Leadership is Cheating Management

Conference, Audio, Video or Powerpoint Presentation

Title: Leadership is Cheating Management
Year: 2016
Authors: Thomas Hoffman

The ego ideal of ethical leadership, reified and deified over decades by being trumpeted in the business literature, marketing materials from purveyors of ethics training, and high-minded moral preaching from religious leaders has rarely been analyzed psychologically, much less called into question. This posture has been maintained despite countless examples of corruption, deception, illusion, lying, and cheating throughout history. This trend remains active and unabated, as documented in examples that populate the pages of contemporary media. For example: Car manufacturer’s evading regulatory monitoring of its vehicles, corruption at every level of local, state, and federal government in countries across the developed and undeveloped world, falsification of scientific results in climate change, pharmaceutical trials, and basic biology and rule-breaking performers and miscreant regulators in sports, to name but a few.

Only recently has cheating in all its forms been the subject of scientific investigation. Evidence from neurobiology, behavioral economics and experimental, evolutionary, and psychoanalytic psychology has demonstrated that the motivation for ethical (moral) behavior exists in conflict with potent motivations to deceive. This tension exists in many contexts including: connection versus competition, aspiration for gain versus fear of loss, creativity versus reality and is played out internally in self-image and socially in work and play.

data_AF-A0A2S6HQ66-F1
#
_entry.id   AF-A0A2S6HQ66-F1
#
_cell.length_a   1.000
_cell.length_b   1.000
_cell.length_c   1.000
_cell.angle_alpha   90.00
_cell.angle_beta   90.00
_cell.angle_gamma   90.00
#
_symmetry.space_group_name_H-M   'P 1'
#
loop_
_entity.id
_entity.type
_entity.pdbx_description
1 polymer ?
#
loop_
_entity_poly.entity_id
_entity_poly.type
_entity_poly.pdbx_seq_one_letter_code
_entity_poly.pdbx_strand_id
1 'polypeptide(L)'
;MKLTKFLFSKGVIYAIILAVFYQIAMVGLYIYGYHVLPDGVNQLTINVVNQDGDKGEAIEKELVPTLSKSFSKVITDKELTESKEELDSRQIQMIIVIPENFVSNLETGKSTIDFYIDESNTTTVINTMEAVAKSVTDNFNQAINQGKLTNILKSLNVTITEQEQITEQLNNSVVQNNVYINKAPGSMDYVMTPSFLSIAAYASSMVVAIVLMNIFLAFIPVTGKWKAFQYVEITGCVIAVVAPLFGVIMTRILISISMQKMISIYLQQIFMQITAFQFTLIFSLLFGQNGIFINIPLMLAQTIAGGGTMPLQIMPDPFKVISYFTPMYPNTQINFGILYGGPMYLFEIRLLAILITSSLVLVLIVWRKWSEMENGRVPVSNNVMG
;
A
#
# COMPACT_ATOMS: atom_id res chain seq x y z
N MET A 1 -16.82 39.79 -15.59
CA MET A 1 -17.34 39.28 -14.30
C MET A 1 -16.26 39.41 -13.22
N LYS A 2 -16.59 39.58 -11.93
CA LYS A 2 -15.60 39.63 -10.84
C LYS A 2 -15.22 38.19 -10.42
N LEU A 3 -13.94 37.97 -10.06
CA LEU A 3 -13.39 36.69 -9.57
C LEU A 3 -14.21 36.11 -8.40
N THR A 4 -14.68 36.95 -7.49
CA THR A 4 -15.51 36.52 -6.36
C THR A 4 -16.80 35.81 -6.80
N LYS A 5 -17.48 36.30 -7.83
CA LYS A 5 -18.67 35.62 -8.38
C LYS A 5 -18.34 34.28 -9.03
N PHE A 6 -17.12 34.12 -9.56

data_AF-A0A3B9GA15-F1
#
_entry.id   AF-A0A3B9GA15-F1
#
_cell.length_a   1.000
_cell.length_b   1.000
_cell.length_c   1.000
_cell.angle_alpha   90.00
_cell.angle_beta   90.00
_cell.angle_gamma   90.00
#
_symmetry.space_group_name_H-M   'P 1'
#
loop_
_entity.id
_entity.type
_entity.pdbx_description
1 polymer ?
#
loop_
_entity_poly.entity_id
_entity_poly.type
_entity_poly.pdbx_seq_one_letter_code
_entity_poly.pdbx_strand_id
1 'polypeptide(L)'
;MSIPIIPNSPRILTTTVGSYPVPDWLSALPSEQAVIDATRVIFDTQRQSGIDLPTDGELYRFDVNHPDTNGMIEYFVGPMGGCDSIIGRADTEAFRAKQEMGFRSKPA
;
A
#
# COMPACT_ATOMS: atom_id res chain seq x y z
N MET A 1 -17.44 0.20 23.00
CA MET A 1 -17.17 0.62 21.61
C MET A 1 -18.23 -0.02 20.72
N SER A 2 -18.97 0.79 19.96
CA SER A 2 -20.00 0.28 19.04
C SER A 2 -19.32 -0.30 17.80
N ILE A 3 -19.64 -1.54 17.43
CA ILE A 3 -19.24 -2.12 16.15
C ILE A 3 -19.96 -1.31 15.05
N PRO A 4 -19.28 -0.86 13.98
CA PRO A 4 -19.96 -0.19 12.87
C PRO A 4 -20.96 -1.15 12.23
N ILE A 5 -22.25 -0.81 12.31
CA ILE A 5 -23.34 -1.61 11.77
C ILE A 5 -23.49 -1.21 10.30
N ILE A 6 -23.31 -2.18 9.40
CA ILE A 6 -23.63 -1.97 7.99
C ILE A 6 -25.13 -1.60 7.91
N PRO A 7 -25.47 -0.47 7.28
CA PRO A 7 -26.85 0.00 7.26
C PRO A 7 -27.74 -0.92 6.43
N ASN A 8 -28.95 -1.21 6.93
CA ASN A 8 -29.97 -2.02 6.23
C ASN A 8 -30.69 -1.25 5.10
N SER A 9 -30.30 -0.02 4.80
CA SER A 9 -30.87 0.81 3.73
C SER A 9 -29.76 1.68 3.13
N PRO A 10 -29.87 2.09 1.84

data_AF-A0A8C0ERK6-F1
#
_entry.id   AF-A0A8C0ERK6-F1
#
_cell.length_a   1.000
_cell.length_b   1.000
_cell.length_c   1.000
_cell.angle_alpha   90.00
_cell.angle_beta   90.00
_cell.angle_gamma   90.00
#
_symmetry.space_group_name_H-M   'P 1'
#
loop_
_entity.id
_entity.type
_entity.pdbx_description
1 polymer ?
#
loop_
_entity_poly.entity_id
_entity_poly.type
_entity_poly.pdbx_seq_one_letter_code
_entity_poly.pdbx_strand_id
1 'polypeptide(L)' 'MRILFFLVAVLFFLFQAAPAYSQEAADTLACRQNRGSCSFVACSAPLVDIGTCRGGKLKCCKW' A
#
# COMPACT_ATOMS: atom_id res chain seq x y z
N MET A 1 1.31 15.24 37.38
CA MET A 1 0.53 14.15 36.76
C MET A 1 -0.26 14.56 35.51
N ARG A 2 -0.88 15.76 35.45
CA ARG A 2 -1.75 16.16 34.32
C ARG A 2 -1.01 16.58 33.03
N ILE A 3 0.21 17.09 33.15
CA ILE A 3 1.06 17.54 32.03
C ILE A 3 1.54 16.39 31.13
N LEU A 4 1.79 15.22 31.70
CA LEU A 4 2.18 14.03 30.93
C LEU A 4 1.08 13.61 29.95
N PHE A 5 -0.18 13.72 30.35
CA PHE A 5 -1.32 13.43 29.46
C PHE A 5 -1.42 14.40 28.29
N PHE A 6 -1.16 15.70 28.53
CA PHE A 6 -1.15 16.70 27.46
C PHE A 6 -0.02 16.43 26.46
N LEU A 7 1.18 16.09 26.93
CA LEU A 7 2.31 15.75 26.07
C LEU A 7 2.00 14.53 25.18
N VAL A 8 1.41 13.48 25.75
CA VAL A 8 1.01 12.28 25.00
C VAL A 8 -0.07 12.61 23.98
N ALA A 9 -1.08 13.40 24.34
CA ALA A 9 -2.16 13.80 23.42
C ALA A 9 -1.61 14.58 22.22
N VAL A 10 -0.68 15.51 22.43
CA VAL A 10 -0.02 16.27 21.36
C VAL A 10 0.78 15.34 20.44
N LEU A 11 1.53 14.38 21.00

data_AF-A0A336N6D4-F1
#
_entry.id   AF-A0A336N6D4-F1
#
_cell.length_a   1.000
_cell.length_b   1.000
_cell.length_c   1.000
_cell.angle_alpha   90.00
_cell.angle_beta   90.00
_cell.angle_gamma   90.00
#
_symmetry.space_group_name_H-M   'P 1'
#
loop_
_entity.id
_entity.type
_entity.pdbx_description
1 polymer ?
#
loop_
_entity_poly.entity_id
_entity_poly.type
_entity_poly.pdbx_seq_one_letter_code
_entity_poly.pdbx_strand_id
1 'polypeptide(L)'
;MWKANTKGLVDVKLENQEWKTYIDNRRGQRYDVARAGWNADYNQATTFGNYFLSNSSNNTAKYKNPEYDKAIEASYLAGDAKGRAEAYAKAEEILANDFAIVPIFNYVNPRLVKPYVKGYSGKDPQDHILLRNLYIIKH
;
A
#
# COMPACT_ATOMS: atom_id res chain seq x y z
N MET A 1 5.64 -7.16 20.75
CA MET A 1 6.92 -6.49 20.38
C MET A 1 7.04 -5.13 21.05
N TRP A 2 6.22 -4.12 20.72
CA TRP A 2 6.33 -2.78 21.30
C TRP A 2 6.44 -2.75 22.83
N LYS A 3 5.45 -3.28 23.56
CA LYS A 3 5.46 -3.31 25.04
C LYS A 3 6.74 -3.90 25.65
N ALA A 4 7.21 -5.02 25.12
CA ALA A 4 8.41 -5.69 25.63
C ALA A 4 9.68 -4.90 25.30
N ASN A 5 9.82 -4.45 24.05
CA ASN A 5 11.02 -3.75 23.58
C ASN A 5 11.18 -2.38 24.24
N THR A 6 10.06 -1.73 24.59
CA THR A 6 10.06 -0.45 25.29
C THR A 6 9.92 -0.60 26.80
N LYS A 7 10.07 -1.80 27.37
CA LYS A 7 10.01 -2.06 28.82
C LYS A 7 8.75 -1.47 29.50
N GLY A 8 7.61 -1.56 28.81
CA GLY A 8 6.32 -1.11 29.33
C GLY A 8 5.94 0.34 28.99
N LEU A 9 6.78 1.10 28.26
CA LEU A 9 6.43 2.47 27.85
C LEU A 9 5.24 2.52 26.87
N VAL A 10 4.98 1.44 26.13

In this paper we continue efforts to understand the dynamics of deception in psychological terms including magical thinking, dread and shame, anxiety and risk, as well as hostility and aggression. We examine hierarchies of deception in terms of their unique dynamics as well as their impact on individuals and groups. We seek to offer a new paradigm for thinking about, learning from, and reflecting on ethics that more organically, compared to moral imperatives, informs executive and group behaviors in business, government, and sports.

Language: English

Date: 06/24/2016
Location: Granada,Spain
Name of Event/Conference: 33rd ISPSO Annual Meeting
Sponsoring Organization: ISPSO

Submitted by:
Thomas Hoffman

Corresponding author: Thomas Hoffman

Literature Download:

To receive the paper, please contact the author directly.

By downloading the file you agree to comply with the Terms of Use / Guidelines of the ISPSO Library and the copyright/authority information for this Literature (above).

If there is no filename in a link below then a download has not been provided.
Members-only Downloads are via the members-only zone of the website.

External website Download

Local Download

No files attached to this page.

Members-only Download

Unless otherwise stated, the content of this page is licensed under Creative Commons Attribution-ShareAlike 3.0 License